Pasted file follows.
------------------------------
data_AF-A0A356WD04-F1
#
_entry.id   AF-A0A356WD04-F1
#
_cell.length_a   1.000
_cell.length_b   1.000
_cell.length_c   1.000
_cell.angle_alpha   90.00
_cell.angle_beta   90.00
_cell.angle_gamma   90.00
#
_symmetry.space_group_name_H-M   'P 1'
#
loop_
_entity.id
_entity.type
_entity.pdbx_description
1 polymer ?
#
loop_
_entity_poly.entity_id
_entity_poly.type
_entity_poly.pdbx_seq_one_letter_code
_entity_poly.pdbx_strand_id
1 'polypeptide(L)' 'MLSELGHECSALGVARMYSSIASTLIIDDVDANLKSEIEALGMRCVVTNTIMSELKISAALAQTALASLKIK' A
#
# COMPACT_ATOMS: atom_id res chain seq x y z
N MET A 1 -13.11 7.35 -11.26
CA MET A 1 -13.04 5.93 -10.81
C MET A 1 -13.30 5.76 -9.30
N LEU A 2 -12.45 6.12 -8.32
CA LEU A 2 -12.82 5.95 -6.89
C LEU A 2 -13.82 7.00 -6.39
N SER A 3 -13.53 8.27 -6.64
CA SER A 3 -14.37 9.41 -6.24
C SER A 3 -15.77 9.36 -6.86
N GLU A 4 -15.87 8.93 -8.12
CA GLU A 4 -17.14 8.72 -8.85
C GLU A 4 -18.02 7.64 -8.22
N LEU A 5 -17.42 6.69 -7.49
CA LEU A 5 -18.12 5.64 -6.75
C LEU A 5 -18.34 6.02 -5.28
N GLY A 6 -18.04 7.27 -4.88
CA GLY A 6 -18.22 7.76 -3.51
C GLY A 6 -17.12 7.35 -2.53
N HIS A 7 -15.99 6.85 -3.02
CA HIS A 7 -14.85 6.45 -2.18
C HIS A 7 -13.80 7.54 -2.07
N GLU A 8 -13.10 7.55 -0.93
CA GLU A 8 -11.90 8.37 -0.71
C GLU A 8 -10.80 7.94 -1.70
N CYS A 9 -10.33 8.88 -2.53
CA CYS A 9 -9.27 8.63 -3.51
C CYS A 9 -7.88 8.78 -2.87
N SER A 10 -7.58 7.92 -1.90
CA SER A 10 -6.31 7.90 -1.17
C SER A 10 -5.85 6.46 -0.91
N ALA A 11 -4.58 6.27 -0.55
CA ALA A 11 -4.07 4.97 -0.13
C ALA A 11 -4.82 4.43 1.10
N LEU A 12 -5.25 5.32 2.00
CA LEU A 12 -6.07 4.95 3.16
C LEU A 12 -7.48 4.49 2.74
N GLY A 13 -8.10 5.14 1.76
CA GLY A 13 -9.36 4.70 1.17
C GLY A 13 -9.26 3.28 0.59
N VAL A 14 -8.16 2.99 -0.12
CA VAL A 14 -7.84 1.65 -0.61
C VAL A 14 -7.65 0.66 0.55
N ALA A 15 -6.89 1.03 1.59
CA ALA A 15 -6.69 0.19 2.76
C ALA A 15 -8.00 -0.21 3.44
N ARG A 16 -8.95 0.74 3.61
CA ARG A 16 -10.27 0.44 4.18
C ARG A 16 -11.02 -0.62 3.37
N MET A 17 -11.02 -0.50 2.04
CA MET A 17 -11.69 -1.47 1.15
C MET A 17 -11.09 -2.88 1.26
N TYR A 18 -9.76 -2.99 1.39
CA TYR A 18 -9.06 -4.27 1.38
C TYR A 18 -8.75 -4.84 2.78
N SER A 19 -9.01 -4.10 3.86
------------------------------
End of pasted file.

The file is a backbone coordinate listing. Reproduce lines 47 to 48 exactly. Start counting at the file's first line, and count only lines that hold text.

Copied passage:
CA HIS A 7 -14.85 6.45 -2.18
C HIS A 7 -13.80 7.54 -2.07